For couples who opt to not have a first look, you will probably need to allot around 90 minutes of time in between your ceremony and reception to have all of the formal photos taken. (Examples of timelines with and without first looks are below!) Although, you will still want to take as many portraits as you possibly can prior to the ceremony as well. For example, bride with bridesmaids, bride with parents, groom with groomsmen, groom with parents, you get the drift…

One thing to bear in mind is that typically couples who do have a first look will have a greater amount of bride and groom portraits, simply because there is more time to get those. So, if having the maximum amount of bride and groom portraits is very important to you, you may want to consider this option.

2. Ceremony Start Time

Once you have decided if you are going to do a first look or not, you need to consider when exactly you should start your ceremony. If you are not going to do a first look, you may want to consider starting your ceremony about 2-2.5 hours before sunset, so that once you are done with all of your family and bridal party photos, you can have some bride and groom sunset portraits. (The best light is typically about 30-45 minutes before the actual sunset time.) Or, if you are doing a first look, having your ceremony about 2 – 1.5 hours prior to sunset works well.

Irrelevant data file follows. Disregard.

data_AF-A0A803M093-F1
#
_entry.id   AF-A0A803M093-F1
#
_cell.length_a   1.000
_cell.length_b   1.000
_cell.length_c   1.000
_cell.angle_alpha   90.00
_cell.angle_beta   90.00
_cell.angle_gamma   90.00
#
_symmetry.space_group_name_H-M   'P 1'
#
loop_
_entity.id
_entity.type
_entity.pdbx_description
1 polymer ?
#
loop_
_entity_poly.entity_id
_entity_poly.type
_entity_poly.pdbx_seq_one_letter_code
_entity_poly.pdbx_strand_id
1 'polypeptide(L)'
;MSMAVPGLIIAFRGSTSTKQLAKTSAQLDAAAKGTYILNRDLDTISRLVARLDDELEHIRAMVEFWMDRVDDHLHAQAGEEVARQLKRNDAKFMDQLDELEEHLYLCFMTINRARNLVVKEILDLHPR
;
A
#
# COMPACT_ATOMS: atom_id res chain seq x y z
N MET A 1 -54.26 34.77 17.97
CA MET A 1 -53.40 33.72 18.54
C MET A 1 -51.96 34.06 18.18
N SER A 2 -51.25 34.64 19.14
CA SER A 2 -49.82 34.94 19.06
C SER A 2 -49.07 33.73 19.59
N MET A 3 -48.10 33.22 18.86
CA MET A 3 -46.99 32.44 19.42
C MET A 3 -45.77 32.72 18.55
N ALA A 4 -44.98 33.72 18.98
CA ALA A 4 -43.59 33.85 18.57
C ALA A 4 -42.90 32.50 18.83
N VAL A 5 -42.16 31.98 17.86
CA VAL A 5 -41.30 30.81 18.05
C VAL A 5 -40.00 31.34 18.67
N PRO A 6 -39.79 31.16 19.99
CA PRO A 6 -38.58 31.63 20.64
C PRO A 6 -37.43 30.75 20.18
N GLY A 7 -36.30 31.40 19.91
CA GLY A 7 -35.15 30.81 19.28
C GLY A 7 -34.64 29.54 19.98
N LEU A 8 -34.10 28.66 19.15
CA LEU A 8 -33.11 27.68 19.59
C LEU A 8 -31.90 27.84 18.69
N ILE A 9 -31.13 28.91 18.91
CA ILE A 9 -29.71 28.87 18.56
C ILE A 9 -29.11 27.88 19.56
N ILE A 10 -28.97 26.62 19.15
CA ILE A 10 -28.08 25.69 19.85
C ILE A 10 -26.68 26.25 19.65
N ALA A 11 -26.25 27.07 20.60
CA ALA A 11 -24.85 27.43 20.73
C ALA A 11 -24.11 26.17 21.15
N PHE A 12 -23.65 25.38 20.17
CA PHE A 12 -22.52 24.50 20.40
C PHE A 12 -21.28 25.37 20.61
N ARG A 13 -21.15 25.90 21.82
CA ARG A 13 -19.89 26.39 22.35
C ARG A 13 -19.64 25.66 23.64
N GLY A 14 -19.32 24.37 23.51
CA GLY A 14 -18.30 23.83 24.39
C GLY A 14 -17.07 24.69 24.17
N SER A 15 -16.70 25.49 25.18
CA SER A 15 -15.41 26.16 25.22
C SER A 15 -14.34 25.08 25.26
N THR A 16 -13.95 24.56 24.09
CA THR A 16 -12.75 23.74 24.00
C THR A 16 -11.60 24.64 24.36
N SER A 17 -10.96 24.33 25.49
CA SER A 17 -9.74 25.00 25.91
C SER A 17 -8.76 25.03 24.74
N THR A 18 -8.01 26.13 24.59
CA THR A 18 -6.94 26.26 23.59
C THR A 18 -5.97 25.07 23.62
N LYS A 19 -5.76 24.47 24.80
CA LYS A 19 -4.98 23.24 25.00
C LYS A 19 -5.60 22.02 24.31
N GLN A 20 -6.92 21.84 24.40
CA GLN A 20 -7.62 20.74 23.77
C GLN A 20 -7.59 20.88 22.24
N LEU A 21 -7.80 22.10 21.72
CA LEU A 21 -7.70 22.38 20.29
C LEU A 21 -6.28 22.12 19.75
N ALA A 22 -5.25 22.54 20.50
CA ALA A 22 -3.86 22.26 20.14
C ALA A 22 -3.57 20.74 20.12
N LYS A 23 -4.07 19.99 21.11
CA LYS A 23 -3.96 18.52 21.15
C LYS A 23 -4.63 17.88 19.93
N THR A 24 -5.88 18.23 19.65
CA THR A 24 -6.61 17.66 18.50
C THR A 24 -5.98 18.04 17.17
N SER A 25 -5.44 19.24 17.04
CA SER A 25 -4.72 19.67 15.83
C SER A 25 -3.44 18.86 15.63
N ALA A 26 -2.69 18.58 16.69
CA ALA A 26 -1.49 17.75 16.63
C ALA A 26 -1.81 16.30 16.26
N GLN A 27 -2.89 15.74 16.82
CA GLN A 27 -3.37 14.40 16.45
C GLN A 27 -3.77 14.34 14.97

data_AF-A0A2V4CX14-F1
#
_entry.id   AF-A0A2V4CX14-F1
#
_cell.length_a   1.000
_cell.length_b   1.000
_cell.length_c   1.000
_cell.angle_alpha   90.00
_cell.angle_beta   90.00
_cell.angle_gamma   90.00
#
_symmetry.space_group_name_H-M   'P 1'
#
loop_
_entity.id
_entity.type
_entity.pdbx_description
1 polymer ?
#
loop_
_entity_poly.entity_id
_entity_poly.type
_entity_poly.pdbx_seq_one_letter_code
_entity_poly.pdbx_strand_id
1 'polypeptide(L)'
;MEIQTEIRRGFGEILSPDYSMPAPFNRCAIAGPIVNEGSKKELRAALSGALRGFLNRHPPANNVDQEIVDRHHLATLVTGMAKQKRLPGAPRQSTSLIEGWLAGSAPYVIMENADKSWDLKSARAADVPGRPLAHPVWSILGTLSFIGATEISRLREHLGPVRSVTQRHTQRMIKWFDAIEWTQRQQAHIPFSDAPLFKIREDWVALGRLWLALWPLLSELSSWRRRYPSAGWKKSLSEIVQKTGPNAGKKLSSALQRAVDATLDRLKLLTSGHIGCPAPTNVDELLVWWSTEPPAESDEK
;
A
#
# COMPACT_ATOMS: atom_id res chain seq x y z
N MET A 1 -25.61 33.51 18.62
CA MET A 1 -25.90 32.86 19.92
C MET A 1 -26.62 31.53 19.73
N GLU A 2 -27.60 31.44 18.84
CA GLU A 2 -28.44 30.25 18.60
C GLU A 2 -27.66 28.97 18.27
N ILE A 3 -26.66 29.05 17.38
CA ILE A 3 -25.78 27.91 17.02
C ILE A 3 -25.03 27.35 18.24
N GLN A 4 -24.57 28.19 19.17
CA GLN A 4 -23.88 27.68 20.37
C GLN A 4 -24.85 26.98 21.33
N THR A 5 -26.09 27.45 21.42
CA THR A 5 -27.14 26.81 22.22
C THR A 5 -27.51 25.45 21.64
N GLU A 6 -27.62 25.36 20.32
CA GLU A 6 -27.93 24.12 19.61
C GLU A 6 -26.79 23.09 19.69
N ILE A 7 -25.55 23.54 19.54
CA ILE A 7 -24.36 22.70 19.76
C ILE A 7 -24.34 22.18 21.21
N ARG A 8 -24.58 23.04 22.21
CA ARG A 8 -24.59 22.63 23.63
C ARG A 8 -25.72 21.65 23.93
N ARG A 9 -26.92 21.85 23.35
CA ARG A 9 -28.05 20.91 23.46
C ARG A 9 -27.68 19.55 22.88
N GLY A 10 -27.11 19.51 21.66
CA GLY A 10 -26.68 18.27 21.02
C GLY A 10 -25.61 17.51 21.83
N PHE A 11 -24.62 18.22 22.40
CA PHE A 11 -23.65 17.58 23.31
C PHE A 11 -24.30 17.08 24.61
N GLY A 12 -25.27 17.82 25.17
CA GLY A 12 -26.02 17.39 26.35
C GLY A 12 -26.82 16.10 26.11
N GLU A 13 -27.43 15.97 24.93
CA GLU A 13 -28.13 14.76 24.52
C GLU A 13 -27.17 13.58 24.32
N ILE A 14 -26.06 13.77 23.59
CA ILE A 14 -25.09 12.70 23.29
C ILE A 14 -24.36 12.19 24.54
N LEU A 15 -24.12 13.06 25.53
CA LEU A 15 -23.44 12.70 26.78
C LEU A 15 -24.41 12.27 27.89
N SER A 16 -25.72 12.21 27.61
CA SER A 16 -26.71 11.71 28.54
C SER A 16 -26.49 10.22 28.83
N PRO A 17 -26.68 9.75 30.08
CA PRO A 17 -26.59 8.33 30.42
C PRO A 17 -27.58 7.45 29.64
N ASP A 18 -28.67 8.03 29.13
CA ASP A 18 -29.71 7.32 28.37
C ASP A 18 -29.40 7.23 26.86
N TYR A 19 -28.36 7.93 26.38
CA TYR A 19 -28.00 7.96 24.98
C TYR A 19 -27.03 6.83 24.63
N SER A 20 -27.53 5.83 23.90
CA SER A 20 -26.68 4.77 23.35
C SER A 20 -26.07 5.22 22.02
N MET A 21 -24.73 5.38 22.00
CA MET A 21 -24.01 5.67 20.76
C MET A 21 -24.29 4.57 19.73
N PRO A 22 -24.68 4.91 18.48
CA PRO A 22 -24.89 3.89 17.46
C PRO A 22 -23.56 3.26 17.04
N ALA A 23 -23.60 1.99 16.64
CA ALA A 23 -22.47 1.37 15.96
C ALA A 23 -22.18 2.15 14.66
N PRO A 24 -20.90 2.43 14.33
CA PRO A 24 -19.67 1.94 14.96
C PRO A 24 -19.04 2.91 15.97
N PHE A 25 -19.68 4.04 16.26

As you look at the time lines below, bear in mind that things on a wedding day typically take longer than you think. For example, time will be spent simply walking from one location of your venue to another. Or, during bridal party or family portraits, it is very common to need some additional time to track down one member who wandered off or is in the bathroom, getting folks positioned, etc. If you finish up early with one section of portraits, awesome! But, it’s better to have a little extra cushion time scheduled in to make sure you get everything you want!

And, of course, no two weddings are the same and there are always other factors that come in to play as well. Some common scenarios are: if time needs to be allotted for traveling to multiple locations, or if the ceremony is a Catholic mass or other service that is longer in duration. In those cases, you may need 9 or 10 hours of wedding day coverage.

However, the most common wedding day timeline I see is for 8 hours of wedding day coverage when the ceremony and reception are at the same venue. So here are examples of timelines with and without a first look for that scenario: